Many people wake up to sleep inertia, a groggy condition that negatively affects temper, basic mechanics, and reflexes. While a night's sleep consists of three phases (light, deep and REM sleep), recent studies indicate sleepers suffer from the worst sleep inertia when woken from deep sleep, and the least when woken from light sleep.
Taking advantage of this information, the Axon Potential E-Team developed a smart alarm clock that wakes the user only during light sleep by monitoring eye movements. After setting the latest possible wake-up time, the user goes to bed wearing an eye movement-monitoring band around his or her forehead. The band wirelessly transmits the user's sleep information to the alarm clock for analysis. The device sets a wakeup window based on the information and triggers the alarm only when eye movements indicate the person is in a light stage of sleep.
The E-Team consisted of six undergraduates with majors in cognitive neuroscience, computer science, public and private sector organizations, computer engineering, electrical engineering, and mechanical engineering. Four professors with expertise in psychiatry and human behavior, engineering, technology planning, and marketing guided the students.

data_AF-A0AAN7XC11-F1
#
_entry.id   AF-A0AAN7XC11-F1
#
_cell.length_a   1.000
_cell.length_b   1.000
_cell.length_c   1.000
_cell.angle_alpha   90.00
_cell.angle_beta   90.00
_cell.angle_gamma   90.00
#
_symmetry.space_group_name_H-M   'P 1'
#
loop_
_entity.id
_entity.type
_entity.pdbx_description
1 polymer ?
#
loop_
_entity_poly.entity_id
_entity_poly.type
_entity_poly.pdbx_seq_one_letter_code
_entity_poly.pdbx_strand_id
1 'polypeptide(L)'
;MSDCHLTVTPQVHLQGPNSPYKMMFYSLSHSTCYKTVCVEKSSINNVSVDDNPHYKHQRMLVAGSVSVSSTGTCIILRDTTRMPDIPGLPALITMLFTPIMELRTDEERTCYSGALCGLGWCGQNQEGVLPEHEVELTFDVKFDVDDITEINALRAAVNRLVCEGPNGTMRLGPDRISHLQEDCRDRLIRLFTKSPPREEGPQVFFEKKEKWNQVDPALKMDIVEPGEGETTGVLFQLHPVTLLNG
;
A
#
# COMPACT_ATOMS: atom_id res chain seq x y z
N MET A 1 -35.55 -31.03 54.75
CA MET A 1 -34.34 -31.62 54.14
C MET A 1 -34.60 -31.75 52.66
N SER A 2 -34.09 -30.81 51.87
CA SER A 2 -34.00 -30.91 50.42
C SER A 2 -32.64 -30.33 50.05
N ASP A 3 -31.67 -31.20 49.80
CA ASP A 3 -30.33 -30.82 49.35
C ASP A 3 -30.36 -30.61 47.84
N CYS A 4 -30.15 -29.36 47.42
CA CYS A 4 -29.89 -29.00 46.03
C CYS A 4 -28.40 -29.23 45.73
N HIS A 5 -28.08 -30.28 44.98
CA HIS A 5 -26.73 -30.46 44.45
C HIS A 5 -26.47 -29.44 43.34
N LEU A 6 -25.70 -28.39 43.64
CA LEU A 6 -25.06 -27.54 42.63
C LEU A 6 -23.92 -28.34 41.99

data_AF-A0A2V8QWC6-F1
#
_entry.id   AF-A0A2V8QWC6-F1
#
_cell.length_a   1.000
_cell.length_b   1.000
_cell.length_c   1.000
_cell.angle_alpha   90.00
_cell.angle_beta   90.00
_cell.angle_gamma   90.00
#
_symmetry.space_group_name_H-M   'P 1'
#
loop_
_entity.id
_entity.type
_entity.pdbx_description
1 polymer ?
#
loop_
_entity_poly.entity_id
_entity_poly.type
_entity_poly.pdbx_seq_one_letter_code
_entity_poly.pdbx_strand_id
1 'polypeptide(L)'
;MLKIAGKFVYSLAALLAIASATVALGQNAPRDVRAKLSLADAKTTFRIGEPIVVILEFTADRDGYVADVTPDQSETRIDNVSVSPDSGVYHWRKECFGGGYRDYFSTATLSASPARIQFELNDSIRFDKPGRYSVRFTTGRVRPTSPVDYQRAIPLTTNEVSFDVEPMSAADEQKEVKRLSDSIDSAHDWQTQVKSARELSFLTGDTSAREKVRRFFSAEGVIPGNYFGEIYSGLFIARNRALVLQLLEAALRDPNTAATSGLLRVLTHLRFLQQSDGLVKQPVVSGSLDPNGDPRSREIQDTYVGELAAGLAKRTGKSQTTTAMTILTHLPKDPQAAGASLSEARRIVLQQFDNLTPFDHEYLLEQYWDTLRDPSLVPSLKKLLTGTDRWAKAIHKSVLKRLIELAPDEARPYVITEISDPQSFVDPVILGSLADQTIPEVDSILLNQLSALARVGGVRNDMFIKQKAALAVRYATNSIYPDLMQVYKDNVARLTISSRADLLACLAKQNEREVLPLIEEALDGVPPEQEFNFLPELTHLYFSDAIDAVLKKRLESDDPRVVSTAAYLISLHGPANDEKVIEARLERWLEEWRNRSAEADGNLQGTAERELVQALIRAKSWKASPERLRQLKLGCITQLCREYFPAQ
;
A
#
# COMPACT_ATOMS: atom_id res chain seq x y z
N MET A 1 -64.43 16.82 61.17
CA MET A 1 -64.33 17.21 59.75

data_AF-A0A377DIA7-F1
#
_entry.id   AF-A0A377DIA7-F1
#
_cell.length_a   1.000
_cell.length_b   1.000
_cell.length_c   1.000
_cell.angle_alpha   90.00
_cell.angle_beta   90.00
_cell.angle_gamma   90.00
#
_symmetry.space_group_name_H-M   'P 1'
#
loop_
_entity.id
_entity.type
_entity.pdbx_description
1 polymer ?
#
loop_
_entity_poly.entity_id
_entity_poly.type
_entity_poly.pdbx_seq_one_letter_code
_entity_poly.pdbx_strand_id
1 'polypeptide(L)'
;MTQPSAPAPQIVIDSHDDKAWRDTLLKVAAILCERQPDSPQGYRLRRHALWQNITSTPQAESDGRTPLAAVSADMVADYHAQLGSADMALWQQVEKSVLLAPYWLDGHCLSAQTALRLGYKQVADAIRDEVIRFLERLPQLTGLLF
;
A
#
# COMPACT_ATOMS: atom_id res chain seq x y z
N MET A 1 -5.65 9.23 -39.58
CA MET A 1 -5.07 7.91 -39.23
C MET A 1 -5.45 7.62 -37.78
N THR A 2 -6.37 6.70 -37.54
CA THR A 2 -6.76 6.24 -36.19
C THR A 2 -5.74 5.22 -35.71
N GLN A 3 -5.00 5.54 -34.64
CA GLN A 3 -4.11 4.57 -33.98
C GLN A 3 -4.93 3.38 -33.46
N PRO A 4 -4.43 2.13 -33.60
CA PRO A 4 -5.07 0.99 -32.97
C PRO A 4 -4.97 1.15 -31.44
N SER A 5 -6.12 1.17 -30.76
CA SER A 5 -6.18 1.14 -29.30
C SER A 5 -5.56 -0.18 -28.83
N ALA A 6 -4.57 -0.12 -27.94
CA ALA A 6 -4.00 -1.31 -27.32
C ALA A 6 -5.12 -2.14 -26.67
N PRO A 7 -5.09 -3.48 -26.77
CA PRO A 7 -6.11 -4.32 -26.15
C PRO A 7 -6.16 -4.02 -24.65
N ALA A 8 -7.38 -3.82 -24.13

Update: The team, now incorporated as Zeo, enjoyed several start-up successes. The company raised two rounds of funding as it completed prototyping and preparing for a product launch. Most recently, Zeo was chosen from among forty-five other companies as the winner of the 2006 Rhode Island Business Plan Competition, receiving over $55,000 in cash and services. The company also formed a strong board and group of advisors, including Harvard sleep scientists, the former president of Bose, and several others. Zeo's novel alarm clock has been featured in a number of media, including the Boston Globe, BBC, NPR, New Scientist Magazine, Entrepreneur Magazine, Providence Journal, Yahoo! News and several others. See www.myzeo.com for more information.